Internet forums are full of reports of a strange phenomenon: back pain when swallowing. Many people are concerned that this bizarre occurrence is a sign of something serious. While painful swallowing can be attributed to a number of disorders, back pain may indicate something much simpler. This is not a problem that most health professionals are familiar with; a solid understanding of the correlation is lacking. There are, however, reasons to suspect that the following can result in upper back pain when swallowing.
The trapezius is a large, triangular muscle that begins in the mid back and extends up to the neck and over to the shoulder. It is used primarily to raise the shoulders and pull the shoulder blades together. Since muscular tension is common in the shoulders and this muscle covers such a widespread area, the trapezius is susceptible to injury. The muscle can be pulled by heavy lifting or awkward movements of the shoulder. Many people develop knots called trigger points in the trapezius muscle, especially in the middle by the shoulder blades and toward the top along the neck.
There are a number of muscles involved in the action of swallowing, including the pharynx and esophagus. Many of the muscles are closely situated to the trapezius. It is possible that, for some people, an injured trapezius muscle can be irritated by the nearby muscle actions involved in swallowing.
Another possible connection between this muscle and the act of swallowing is Cranial Nerve XI, which provides motor capacity to the trapezius and to a number of components involved in swallowing, including the uvula and larynx. Pain in the injured muscle may be triggered by excitation of the shared nerve at another location. For a better understanding of the muscles and nerves involved in swallowing, see www.csuchico.edu.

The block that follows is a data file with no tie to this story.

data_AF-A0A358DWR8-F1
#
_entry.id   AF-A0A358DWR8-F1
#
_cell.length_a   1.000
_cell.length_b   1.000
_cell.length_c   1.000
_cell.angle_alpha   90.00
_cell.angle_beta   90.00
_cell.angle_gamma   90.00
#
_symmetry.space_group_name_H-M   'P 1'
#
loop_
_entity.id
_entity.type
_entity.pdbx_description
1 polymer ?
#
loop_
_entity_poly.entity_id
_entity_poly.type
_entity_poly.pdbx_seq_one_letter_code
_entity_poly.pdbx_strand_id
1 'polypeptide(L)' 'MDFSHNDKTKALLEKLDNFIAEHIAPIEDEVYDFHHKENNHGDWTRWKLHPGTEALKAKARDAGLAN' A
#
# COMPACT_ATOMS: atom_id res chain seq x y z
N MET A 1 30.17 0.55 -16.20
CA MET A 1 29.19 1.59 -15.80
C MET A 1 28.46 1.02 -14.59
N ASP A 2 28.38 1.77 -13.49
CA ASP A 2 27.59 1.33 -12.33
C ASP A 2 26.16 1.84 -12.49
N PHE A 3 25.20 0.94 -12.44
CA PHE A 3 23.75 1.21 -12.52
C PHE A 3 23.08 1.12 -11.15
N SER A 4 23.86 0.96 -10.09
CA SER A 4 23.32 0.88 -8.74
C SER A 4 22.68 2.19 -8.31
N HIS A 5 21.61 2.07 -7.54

Have you performed some activity or movement that placed strain on your mid or upper back lately? If so, it is likely that the trapezius is the cause of your pain. The pain should subside once the muscle heals. For people with chronic tension, myofascial release may be needed to dissolve trigger points in the muscle before pain when swallowing is eased.
Gastroesophageal reflux disease is essentially a severe and persistent combination of acid reflux and heartburn. Acid reflux causes heartburn, the irritation of the esophagus which leads to a burning sensation throughout the chest and possibly other symptoms, including upper back pain.
Generally the pain experienced from this disorder is felt after eating, but can occur while eating. Painful swallowing can result if stomach acid causes sores in the swallowing apparatus. Inflammation or nerve sharing may lead to referred pain in the upper back. Back pain that coincides with pain anywhere in the ingestion and digestion tracts may be linked to a digestive disorder like GERD, and therefore such disorders should be tested for.
While the evidence is only anecdotal, it appears that upper back pain may happen when swallowing either due to muscle trauma or GERD. If none of these problems are present, seeking medical attention is necessary to rule out any potentially serious cause. See http://www.heartburnnomore.com to read about another’s experience with swallowing and back pain and what they did to overcome it.